Human Rights Watch (HRW) on Wednesday urged the Senate to ‘urgently pass a bill’ that would make torture a criminal offense in the country.
New York-based HRW issued a statement on its official website wherein it maintained that Pakistan’s sedition law is “vague and overbroad and has often been used against political opponents”.
The statement comes days after the Pakistan Tehreek-e-Insaf (PTI) alleged that security officials have physically and mentally tortured party leader Shahbaz Gill – who is facing sedition charges against him – in custody.
Gill was arrested in Islamabad on August 9 on charges of sedition and inciting the public against state institutions. His lawyer and PTI senior leaders have claimed that he was also denied medical treatment for his asthma condition.
However, Islamabad police as well as the government have denied the allegations and accused the former ruling party of trying to “divert public attention.”
In its statement, HRW also urged the government to conduct an immediate, independent and transparent investigation into the allegations.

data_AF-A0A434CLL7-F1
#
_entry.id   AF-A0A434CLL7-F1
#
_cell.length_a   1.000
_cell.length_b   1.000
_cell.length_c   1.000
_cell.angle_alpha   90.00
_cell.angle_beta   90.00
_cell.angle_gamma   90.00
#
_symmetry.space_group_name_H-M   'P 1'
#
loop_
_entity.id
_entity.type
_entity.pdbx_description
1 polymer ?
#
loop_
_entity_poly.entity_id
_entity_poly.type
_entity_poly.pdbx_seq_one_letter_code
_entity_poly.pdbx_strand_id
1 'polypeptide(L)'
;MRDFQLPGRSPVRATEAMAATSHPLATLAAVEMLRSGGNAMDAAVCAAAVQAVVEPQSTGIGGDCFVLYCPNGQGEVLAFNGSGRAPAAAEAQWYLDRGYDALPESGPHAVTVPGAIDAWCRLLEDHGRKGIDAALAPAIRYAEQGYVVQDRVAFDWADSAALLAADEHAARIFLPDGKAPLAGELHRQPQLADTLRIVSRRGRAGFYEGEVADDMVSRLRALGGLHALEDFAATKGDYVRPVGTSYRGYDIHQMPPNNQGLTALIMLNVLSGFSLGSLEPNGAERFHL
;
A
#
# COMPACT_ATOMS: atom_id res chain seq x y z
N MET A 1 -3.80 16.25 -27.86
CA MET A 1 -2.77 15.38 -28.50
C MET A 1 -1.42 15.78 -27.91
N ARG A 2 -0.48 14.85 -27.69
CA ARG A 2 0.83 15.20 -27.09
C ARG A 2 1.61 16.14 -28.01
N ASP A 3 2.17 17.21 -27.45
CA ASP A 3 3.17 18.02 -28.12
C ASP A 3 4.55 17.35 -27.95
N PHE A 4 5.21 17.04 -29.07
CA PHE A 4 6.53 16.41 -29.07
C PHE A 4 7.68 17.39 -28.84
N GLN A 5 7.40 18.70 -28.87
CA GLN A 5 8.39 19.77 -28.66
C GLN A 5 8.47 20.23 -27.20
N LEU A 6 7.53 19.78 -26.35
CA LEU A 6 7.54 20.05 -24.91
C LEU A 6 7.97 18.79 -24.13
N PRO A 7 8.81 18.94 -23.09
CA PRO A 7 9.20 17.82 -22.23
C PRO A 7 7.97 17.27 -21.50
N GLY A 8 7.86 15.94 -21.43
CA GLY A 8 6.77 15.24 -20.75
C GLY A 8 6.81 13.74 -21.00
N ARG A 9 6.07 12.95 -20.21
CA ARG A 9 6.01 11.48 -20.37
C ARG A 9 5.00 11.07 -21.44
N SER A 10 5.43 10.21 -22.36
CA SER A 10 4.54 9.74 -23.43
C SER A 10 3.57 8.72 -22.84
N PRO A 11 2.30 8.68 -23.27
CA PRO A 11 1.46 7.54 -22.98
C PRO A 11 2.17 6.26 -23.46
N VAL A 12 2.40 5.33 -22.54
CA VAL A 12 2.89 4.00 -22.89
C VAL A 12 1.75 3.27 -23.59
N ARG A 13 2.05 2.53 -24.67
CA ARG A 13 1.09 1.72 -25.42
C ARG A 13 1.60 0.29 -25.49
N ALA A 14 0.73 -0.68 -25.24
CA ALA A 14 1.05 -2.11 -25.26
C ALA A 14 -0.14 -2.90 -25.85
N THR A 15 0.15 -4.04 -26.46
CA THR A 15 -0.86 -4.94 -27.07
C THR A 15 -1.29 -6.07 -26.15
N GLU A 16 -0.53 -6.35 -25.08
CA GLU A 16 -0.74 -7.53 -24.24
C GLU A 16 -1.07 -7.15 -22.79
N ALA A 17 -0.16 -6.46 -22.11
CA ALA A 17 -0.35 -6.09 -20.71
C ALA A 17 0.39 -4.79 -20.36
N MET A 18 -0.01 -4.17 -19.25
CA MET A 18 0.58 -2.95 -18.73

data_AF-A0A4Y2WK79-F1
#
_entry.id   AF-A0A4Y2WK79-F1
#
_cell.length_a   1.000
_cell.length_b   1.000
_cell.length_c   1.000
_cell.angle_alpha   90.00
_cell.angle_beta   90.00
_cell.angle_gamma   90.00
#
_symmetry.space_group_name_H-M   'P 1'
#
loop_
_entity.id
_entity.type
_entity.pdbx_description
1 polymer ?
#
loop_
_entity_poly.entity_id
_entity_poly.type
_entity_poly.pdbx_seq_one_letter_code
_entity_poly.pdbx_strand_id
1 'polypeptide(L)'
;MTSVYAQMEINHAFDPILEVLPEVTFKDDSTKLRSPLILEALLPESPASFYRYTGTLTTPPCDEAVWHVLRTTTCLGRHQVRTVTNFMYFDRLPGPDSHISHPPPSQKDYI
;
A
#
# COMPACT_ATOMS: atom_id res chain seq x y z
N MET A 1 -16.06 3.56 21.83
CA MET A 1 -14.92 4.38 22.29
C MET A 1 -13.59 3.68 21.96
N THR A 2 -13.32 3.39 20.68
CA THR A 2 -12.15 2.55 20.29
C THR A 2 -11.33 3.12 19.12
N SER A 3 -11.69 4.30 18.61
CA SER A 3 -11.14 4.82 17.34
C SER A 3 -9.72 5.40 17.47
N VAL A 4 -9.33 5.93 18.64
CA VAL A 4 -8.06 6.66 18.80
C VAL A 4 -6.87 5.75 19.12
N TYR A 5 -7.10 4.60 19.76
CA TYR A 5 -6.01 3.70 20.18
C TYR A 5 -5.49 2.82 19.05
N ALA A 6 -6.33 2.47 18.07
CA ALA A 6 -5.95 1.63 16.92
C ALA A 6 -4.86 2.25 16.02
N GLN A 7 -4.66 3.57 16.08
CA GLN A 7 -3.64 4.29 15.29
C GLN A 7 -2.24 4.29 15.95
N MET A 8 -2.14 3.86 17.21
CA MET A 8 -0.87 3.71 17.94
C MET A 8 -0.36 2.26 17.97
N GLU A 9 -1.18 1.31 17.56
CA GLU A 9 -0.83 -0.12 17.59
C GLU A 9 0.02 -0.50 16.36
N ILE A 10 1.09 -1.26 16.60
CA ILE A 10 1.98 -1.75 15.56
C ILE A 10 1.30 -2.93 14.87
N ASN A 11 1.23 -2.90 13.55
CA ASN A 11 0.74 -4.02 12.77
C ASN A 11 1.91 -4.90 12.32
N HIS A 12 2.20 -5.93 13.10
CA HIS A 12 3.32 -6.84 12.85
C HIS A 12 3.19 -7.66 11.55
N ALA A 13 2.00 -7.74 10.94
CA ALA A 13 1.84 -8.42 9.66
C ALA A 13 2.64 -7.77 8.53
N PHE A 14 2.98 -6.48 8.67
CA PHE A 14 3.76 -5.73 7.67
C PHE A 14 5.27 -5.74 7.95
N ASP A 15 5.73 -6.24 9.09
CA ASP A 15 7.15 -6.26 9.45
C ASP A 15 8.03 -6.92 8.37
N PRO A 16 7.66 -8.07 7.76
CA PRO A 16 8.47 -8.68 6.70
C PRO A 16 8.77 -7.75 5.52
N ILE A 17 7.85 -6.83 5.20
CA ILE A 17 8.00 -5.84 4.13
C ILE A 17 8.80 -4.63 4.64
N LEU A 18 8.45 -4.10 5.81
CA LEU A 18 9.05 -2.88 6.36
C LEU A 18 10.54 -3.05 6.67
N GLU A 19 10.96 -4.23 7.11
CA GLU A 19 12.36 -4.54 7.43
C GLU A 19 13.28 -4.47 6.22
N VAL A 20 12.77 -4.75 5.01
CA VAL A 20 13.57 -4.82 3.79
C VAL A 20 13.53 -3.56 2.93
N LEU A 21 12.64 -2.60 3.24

“The first step to ending Pakistan’s endemic torture problem is to criminalise it,” said John Sifton, the Asia advocacy director at HRW.
“Justice and accountability in cases of torture will only be possible if parliament passes the torture bill and the government enforces the law by carrying out transparent and impartial investigations into torture allegations,” he added.
HRW noted that Pakistan is a party to international human rights treaties that prohibit the use of torture and other ill-treatment, and mandate parties to the treaty to criminalise the practice.
“By passing the torture bill, Pakistan will start a long-overdue process of reform to ensure that future allegations of torture are transparently investigated and that those responsible held accountable,” Sifton said.__Tribune.com